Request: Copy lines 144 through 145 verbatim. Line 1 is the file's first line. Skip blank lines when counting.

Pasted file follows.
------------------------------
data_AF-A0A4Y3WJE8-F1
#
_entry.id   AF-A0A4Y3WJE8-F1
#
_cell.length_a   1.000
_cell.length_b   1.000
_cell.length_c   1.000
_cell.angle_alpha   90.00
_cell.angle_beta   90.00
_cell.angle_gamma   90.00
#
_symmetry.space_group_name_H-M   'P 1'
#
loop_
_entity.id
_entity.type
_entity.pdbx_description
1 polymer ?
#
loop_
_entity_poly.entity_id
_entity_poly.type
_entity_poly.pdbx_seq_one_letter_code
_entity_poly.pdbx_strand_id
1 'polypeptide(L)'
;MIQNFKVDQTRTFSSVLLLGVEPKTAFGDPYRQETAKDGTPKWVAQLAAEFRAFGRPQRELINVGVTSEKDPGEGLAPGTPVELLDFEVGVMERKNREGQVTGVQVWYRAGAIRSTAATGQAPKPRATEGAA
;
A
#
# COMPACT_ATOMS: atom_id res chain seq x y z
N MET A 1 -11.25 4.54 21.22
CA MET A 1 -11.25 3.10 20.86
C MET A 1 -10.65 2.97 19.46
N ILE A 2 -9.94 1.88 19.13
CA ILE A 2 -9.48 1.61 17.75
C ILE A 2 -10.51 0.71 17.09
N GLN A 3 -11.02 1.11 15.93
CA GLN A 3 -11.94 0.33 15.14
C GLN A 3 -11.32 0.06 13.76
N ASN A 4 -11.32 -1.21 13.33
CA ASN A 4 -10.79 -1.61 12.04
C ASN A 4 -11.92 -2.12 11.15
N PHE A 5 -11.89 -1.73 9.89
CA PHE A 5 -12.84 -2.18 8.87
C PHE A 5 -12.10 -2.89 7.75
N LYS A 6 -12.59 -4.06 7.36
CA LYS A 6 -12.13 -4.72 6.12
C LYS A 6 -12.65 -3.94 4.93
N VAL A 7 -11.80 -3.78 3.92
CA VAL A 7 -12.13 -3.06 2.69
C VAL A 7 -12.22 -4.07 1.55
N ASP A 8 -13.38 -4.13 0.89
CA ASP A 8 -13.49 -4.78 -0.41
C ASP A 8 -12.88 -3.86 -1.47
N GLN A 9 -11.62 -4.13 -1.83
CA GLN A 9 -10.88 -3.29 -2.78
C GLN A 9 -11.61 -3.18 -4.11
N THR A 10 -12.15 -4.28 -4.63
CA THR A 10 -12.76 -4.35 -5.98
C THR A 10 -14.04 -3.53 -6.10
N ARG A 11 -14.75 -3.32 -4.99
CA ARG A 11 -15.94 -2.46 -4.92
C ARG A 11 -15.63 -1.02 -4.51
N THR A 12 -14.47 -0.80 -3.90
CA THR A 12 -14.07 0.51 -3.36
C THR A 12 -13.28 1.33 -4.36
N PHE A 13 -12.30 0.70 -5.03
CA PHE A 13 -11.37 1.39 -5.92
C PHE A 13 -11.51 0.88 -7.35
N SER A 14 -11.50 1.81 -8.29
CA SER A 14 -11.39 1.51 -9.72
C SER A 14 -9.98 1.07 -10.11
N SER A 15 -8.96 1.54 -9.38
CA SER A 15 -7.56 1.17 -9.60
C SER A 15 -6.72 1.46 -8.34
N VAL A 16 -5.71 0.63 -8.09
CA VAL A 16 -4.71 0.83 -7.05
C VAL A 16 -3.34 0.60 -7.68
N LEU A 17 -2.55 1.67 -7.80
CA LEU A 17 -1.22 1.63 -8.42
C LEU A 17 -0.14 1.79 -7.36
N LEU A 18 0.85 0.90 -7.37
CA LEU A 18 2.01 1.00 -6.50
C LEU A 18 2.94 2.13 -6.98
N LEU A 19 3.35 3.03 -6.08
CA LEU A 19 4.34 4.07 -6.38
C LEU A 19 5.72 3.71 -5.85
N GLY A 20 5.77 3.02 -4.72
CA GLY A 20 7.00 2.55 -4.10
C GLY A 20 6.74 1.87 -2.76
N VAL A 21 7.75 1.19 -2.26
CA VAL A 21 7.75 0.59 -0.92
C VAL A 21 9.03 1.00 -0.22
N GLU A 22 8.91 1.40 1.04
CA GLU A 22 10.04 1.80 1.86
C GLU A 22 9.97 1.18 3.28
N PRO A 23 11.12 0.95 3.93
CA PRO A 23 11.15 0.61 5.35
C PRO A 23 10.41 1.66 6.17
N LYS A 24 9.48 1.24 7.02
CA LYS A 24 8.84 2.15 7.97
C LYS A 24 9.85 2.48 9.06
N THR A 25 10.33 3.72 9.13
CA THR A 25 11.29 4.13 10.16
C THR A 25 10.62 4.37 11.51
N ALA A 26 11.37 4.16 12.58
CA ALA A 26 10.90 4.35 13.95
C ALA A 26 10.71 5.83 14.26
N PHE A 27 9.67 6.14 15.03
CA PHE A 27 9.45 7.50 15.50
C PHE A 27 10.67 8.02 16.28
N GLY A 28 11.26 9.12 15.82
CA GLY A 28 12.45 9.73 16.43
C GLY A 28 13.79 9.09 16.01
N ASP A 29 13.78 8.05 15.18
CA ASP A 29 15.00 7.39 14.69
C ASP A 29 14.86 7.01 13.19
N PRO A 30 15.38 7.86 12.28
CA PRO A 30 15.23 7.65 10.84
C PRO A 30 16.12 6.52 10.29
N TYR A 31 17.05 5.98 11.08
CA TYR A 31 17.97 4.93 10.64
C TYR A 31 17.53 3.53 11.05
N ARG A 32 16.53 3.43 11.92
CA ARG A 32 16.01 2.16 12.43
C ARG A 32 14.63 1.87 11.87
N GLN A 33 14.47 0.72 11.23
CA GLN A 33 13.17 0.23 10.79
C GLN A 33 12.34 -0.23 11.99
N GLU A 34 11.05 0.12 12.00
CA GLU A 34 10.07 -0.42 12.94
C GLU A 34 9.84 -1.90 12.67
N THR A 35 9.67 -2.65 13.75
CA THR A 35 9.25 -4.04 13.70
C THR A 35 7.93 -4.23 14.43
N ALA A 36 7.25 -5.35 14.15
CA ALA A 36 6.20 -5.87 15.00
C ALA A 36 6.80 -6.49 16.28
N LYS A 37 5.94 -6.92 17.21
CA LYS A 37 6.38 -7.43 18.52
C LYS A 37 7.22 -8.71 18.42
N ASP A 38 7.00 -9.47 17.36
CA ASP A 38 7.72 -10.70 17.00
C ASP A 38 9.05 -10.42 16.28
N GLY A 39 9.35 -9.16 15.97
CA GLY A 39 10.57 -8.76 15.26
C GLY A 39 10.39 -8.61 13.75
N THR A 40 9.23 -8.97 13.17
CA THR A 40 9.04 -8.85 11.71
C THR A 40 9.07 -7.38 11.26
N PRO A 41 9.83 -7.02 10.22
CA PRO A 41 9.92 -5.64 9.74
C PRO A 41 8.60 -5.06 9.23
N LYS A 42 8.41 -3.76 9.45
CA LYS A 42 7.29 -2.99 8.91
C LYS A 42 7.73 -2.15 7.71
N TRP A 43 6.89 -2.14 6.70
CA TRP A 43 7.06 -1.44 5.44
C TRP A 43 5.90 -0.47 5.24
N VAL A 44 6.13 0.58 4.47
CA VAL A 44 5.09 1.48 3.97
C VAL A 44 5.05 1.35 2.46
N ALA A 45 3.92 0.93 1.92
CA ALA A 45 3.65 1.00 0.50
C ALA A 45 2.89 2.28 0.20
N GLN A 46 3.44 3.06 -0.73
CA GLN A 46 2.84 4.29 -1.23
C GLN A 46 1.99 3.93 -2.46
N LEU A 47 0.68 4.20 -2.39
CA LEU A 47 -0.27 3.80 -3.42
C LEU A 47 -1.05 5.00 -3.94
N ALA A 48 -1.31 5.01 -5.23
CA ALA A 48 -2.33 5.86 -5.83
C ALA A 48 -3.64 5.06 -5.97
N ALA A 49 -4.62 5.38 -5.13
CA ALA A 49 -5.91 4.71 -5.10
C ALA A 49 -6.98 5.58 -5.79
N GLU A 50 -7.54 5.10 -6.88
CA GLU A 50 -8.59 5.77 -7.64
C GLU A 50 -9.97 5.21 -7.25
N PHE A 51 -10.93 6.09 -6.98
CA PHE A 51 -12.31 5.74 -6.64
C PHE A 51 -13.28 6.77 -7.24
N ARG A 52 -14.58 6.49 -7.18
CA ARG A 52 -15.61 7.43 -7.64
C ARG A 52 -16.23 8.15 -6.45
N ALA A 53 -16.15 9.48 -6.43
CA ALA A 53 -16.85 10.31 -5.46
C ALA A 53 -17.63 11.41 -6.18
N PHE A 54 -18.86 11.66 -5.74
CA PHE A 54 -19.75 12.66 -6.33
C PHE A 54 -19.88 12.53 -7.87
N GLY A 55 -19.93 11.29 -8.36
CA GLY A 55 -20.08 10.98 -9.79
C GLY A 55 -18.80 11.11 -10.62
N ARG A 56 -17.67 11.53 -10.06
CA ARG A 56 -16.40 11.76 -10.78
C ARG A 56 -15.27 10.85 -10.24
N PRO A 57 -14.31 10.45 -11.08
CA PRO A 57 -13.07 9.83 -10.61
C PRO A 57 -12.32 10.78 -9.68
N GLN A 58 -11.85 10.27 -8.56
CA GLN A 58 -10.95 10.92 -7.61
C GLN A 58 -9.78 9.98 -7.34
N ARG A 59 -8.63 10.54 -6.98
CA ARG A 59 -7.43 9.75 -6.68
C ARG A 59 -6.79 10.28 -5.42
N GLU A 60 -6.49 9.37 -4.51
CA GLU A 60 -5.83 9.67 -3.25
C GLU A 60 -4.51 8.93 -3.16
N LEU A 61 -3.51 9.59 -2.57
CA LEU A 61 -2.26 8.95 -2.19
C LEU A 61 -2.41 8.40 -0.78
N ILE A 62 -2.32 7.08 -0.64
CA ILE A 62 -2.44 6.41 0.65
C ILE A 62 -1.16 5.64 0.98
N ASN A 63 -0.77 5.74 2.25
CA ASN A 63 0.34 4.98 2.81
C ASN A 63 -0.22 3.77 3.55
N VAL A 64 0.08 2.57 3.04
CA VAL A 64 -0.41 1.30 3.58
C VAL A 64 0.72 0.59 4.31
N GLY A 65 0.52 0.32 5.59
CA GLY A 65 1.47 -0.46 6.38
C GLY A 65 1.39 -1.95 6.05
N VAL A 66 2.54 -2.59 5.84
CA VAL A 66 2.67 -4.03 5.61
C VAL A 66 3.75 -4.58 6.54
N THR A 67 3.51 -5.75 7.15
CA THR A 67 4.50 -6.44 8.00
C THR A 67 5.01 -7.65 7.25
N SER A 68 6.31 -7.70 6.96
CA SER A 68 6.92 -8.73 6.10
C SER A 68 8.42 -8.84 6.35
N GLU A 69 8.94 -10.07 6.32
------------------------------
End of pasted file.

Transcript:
C ASP A 38 9.05 -10.42 16.28
N GLY A 39 9.35 -9.16 15.97